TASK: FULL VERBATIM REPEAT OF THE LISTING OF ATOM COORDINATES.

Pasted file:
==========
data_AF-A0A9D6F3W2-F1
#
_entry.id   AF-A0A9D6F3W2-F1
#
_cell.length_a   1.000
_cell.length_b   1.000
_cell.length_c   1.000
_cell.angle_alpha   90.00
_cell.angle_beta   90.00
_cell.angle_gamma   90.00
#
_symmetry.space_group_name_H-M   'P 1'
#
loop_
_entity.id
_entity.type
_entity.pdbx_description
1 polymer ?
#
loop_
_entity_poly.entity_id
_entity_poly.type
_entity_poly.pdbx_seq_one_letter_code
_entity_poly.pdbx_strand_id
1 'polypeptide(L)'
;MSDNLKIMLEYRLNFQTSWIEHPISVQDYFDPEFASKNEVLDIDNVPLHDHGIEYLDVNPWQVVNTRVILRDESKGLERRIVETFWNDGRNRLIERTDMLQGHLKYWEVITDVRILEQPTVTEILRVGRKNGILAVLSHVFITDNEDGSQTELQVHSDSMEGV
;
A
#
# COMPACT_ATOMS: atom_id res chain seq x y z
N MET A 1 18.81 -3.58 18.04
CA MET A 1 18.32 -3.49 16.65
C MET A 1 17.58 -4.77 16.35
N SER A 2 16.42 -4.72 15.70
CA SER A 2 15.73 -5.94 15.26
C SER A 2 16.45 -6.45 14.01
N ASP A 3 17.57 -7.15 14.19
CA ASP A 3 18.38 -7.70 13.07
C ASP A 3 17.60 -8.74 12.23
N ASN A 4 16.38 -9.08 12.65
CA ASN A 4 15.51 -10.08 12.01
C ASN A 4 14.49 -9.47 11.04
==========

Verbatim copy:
data_AF-A0A9D6F3W2-F1
#
_entry.id   AF-A0A9D6F3W2-F1
#
_cell.length_a   1.000
_cell.length_b   1.000
_cell.length_c   1.000
_cell.angle_alpha   90.00
_cell.angle_beta   90.00
_cell.angle_gamma   90.00
#
_symmetry.space_group_name_H-M   'P 1'
#
loop_
_entity.id
_entity.type
_entity.pdbx_description
1 polymer ?
#
loop_
_entity_poly.entity_id
_entity_poly.type
_entity_poly.pdbx_seq_one_letter_code
_entity_poly.pdbx_strand_id
1 'polypeptide(L)'
;MSDNLKIMLEYRLNFQTSWIEHPISVQDYFDPEFASKNEVLDIDNVPLHDHGIEYLDVNPWQVVNTRVILRDESKGLERRIVETFWNDGRNRLIERTDMLQGHLKYWEVITDVRILEQPTVTEILRVGRKNGILAVLSHVFITDNEDGSQTELQVHSDSMEGV
;
A
#
# COMPACT_ATOMS: atom_id res chain seq x y z
N MET A 1 18.81 -3.58 18.04
CA MET A 1 18.32 -3.49 16.65
C MET A 1 17.58 -4.77 16.35
N SER A 2 16.42 -4.72 15.70
CA SER A 2 15.73 -5.94 15.26
C SER A 2 16.45 -6.45 14.01
N ASP A 3 17.57 -7.15 14.19
CA ASP A 3 18.38 -7.70 13.07
C ASP A 3 17.60 -8.74 12.23
N ASN A 4 16.38 -9.08 12.65
CA ASN A 4 15.51 -10.08 12.01
C ASN A 4 14.49 -9.47 11.04